Kentucky’s drastic temperatures, which fluctuate between 100 degrees in the summer and 0 degrees in the winter, have a mercurial effect on the ageing process of spirits. Warm weather pulls the resting liquid deep into the barrel staves, exposing it to the character of the wood, while cold weather pushes the liquid back out, imbuing the flavours of oak into its makeup. The ever-changing alchemy makes over-ageing a risk—and it’s the reason most bourbons are aged between four and 12 years. By regulating the temperature year-round, however, Warehouse P has the potential to craft the oldest whiskeys in American history.

“American bourbons that have been matured for up to 50 years simply do not exist,” says Rebecca Jago, joint managing director of Last Drop. “We’re hoping to achieve something that has previously been impossible: super-aged, high-quality and delicious American whiskeys.” Patience will no doubt be a requirement in this lengthy (and costly) trial: Last Drop doesn’t intend to release its first bottle for at least 25 years—and what it will taste like is anybody’s guess. Says Jago: “This is clearly an experiment and, as such, the outcome cannot be guaranteed.”

Last Drop isn’t the only mad scientist in spirits. Other distillers are tinkering with the ageing process with the reverse intention: to mature whiskey in only a few years—or a few minutes. Halfway around the world in Israel, Milk & Honey is betting that the hot and humid climate of Tel Aviv can produce a (nearly) proper whiskey in record time. Last year, its Young Single Malt—which matured for months, not years—won second place at the Whisky Live Tel Aviv show. The awarded spirit is so young, in fact, it can’t even technically be called a whisky—that term is reserved for liquids that have been aged a minimum of three years—but its smoky, complex flavours have garnered fans nonetheless.

Venturing further into science-fair territory, meanwhile, are Chris Mendenhall’s whiskeys and bourbons, which the master mixologist “ages” at the Ritz-Carlton, Washington, DC’s Quadrant bar using sound waves. “I discovered that sound waves could accelerate ageing,” he says, explaining that the waves “push” the liquid through the wood of the barrels to change the qualities of the spirit. “It led me to research distilleries and whiskey makers who are using advanced technology, such as pressure and sound waves, to expedite the ageing process.” Mendenhall’s first release, Bourbon Style #1, is a 120-proof, 9-year-old Kentucky bourbon “base spirit” that’s been exposed to 20,000 pulses per second over 30 1977 1989 minutes in his customized homogenizer. The result is a richer and more rounded spirit that tastes years beyond its age.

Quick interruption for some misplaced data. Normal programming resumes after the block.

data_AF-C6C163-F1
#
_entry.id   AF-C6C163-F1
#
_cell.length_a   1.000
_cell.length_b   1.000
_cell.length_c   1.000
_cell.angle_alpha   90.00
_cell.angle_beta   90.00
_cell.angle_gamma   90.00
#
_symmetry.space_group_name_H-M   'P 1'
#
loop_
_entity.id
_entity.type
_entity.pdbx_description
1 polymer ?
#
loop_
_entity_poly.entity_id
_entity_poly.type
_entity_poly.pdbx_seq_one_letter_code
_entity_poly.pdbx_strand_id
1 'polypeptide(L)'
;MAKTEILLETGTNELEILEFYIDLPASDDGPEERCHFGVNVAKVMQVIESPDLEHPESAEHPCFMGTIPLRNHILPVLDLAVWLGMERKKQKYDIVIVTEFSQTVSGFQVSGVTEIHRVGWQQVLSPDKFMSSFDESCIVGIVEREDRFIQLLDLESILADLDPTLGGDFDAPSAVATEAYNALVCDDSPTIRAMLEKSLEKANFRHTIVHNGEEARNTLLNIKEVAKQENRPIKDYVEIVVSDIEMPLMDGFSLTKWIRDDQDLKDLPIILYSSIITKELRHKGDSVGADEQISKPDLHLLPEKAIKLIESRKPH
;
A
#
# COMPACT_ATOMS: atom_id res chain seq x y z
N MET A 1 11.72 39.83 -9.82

Of course, not everyone is on board with these spirited experiments. Bourbon and whiskey purists, not to mention organizations like the Distilled Spirits Council of the United States (DISCUS), remain skeptical that the ageing process can—or should—be manipulated. “For many years, people have attempted to speed up the ageing process, because time is money,” says Frank Coleman, a senior vice president at DISCUS. “But most have been unsuccessful because we are talking about a natural process.”

That said, we raise a glass to the spirit of adventure.

Israel’s Milk & Honey is making fast work of ageing spirits.

Israel’s Milk & Honey is making fast work of ageing spirits.

CONDE NASTE TRAVELER (US)

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How to Taste the World's Rarest Whiskeys

by JENNY ADAMS

May 7, 2019

Rare whiskey tastings are moving beyond Scotland.

The most expensive whisky sold to-date was a bottle of Macallan 1926, purchased in the autumn of 2018 in a London auction at Christie’s for a cool $1.1 million. Rare whiskey has been a hot commodity around the globe for a while, with pre-Prohibition American bottles and Japanese vintage labels entering auction houses in droves, and going for eye-watering prices (like the 50-year-old bottle of Yamazaki Japanese single malt that sold for nearly $275,000 at Sotheby’s in Hong Kong last year). Of course, that's if you can get them at all—collectors generally snap up the releases of the 17-year-old Eagle Rare bourbon before the company can even put them on the market.

Whether you’re a whiskey hound or just curious, it might seem as though having a sip of something rare will be impossible in this lifetime, unless you’ve got millions of dollars or millions of connections. But if you’re willing to travel for it—rather than purchase it for your private collection—you’re in luck. A growing number of restaurants and bars around the world offer rare whiskey tastings that will give you a chance to try these auction-worthy spirits at far more attainable prices—and an arguably better setting—with food pairings. With travelers planning more trips around coveted restaurant reservations (we see you, Noma), why not up your game and plan one in the name of drinking rare whiskey? From northern California to the American South to London, here’s our list of rare whiskey tastings worth traveling for.